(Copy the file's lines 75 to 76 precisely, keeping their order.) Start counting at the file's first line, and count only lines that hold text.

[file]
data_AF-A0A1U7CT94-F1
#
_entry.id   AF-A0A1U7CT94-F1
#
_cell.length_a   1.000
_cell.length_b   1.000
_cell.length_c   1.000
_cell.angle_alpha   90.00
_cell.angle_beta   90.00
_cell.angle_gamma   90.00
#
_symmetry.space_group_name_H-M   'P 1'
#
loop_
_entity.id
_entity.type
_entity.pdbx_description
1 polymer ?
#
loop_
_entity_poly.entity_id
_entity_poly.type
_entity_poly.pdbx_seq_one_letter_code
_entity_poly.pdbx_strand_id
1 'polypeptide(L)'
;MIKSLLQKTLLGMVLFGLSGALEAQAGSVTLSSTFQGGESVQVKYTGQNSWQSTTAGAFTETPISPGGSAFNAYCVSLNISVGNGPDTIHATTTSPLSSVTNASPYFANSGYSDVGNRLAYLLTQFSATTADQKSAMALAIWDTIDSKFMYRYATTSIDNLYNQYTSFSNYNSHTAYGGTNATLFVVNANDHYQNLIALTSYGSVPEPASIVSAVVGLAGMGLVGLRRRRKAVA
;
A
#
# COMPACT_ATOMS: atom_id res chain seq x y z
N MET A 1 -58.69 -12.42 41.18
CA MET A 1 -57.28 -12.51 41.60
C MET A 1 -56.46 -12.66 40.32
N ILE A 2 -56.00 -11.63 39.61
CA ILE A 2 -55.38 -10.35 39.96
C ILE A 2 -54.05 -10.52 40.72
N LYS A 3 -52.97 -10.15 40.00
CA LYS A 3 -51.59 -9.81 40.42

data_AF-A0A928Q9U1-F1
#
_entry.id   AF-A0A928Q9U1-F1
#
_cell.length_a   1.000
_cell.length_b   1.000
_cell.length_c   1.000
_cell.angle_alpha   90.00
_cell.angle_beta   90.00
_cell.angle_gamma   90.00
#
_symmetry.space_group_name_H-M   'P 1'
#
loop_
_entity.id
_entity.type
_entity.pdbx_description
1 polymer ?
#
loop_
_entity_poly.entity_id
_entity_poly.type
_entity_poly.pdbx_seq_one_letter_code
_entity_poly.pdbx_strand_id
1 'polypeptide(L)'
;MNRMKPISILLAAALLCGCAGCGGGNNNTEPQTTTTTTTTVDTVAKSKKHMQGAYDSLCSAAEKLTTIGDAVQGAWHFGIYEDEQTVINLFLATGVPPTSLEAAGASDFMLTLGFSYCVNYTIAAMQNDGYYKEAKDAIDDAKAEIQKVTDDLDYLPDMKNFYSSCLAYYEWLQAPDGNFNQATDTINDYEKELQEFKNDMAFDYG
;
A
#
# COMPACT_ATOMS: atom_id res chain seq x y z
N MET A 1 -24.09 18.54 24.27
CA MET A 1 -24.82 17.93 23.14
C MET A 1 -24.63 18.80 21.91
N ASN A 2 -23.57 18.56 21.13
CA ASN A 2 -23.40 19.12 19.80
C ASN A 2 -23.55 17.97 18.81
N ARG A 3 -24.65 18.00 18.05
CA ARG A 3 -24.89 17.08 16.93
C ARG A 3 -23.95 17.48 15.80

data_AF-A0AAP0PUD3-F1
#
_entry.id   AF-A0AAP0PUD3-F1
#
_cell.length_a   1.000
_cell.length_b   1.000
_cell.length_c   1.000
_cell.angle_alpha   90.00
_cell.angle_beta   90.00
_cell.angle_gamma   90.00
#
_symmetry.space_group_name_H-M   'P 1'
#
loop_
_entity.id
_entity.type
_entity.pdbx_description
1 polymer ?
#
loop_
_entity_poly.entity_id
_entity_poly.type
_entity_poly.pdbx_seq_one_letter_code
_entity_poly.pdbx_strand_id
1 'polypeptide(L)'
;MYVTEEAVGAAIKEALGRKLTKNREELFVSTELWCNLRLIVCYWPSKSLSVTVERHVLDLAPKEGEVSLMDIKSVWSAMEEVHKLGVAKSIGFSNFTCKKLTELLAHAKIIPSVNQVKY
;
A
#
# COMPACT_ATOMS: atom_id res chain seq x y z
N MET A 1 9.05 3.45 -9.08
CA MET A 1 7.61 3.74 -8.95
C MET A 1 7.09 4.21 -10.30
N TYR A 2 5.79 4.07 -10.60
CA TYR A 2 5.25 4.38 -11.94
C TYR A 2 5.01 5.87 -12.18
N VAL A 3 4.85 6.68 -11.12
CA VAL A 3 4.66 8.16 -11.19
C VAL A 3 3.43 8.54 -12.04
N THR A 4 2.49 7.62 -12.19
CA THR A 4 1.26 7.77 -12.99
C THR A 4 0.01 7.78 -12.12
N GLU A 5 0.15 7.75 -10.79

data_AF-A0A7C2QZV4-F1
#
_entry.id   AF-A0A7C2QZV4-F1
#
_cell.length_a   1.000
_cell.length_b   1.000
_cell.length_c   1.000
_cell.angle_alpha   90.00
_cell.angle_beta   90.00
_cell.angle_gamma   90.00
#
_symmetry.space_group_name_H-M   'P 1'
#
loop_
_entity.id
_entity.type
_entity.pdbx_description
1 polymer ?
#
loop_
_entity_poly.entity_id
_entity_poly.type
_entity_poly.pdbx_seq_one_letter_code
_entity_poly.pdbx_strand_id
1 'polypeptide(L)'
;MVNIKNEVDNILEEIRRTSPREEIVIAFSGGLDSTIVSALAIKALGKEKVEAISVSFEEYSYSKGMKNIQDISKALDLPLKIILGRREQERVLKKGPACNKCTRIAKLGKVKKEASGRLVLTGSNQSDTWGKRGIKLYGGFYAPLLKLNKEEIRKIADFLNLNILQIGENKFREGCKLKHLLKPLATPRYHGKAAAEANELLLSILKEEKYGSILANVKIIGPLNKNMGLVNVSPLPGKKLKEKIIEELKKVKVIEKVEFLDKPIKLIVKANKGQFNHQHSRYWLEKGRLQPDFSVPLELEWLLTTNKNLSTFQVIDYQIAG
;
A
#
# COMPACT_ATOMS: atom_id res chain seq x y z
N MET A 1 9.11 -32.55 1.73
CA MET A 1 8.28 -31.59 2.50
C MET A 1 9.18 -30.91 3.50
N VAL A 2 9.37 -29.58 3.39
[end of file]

N ARG A 3 -24.65 18.00 18.05
CA ARG A 3 -24.89 17.08 16.93